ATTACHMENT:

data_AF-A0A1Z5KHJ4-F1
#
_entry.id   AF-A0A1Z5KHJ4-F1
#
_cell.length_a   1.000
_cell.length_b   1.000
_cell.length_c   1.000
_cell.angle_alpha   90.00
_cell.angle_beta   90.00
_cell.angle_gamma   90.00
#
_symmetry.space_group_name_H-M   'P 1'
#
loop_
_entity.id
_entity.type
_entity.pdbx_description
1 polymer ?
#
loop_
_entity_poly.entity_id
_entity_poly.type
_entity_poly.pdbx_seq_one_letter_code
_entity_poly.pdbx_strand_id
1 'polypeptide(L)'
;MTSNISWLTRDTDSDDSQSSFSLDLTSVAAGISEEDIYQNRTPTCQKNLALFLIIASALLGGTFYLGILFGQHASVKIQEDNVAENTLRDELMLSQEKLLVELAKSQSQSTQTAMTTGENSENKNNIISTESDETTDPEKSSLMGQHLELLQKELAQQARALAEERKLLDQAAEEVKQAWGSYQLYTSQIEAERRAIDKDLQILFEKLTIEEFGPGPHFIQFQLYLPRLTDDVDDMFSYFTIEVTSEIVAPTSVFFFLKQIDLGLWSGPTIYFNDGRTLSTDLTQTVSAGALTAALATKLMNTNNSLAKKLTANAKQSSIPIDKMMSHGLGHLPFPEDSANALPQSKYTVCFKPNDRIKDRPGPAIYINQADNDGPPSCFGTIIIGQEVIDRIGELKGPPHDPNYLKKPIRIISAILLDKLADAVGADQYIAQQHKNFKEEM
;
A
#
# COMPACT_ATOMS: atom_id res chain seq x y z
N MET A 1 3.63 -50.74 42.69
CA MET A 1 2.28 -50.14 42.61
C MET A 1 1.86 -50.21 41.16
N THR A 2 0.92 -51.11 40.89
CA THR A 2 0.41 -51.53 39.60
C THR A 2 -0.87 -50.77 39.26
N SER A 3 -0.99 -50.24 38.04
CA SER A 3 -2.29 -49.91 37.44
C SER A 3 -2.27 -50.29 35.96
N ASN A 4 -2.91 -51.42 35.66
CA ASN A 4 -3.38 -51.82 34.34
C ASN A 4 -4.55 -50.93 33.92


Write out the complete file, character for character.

data_AF-A0A1Z5KHJ4-F1
#
_entry.id   AF-A0A1Z5KHJ4-F1
#
_cell.length_a   1.000
_cell.length_b   1.000
_cell.length_c   1.000
_cell.angle_alpha   90.00
_cell.angle_beta   90.00
_cell.angle_gamma   90.00
#
_symmetry.space_group_name_H-M   'P 1'
#
loop_
_entity.id
_entity.type
_entity.pdbx_description
1 polymer ?
#
loop_
_entity_poly.entity_id
_entity_poly.type
_entity_poly.pdbx_seq_one_letter_code
_entity_poly.pdbx_strand_id
1 'polypeptide(L)'
;MTSNISWLTRDTDSDDSQSSFSLDLTSVAAGISEEDIYQNRTPTCQKNLALFLIIASALLGGTFYLGILFGQHASVKIQEDNVAENTLRDELMLSQEKLLVELAKSQSQSTQTAMTTGENSENKNNIISTESDETTDPEKSSLMGQHLELLQKELAQQARALAEERKLLDQAAEEVKQAWGSYQLYTSQIEAERRAIDKDLQILFEKLTIEEFGPGPHFIQFQLYLPRLTDDVDDMFSYFTIEVTSEIVAPTSVFFFLKQIDLGLWSGPTIYFNDGRTLSTDLTQTVSAGALTAALATKLMNTNNSLAKKLTANAKQSSIPIDKMMSHGLGHLPFPEDSANALPQSKYTVCFKPNDRIKDRPGPAIYINQADNDGPPSCFGTIIIGQEVIDRIGELKGPPHDPNYLKKPIRIISAILLDKLADAVGADQYIAQQHKNFKEEM
;
A
#
# COMPACT_ATOMS: atom_id res chain seq x y z
N MET A 1 3.63 -50.74 42.69
CA MET A 1 2.28 -50.14 42.61
C MET A 1 1.86 -50.21 41.16
N THR A 2 0.92 -51.11 40.89
CA THR A 2 0.41 -51.53 39.60
C THR A 2 -0.87 -50.77 39.26
N SER A 3 -0.99 -50.24 38.04
CA SER A 3 -2.29 -49.91 37.44
C SER A 3 -2.27 -50.29 35.96
N ASN A 4 -2.91 -51.42 35.66
CA ASN A 4 -3.38 -51.82 34.34
C ASN A 4 -4.55 -50.93 33.92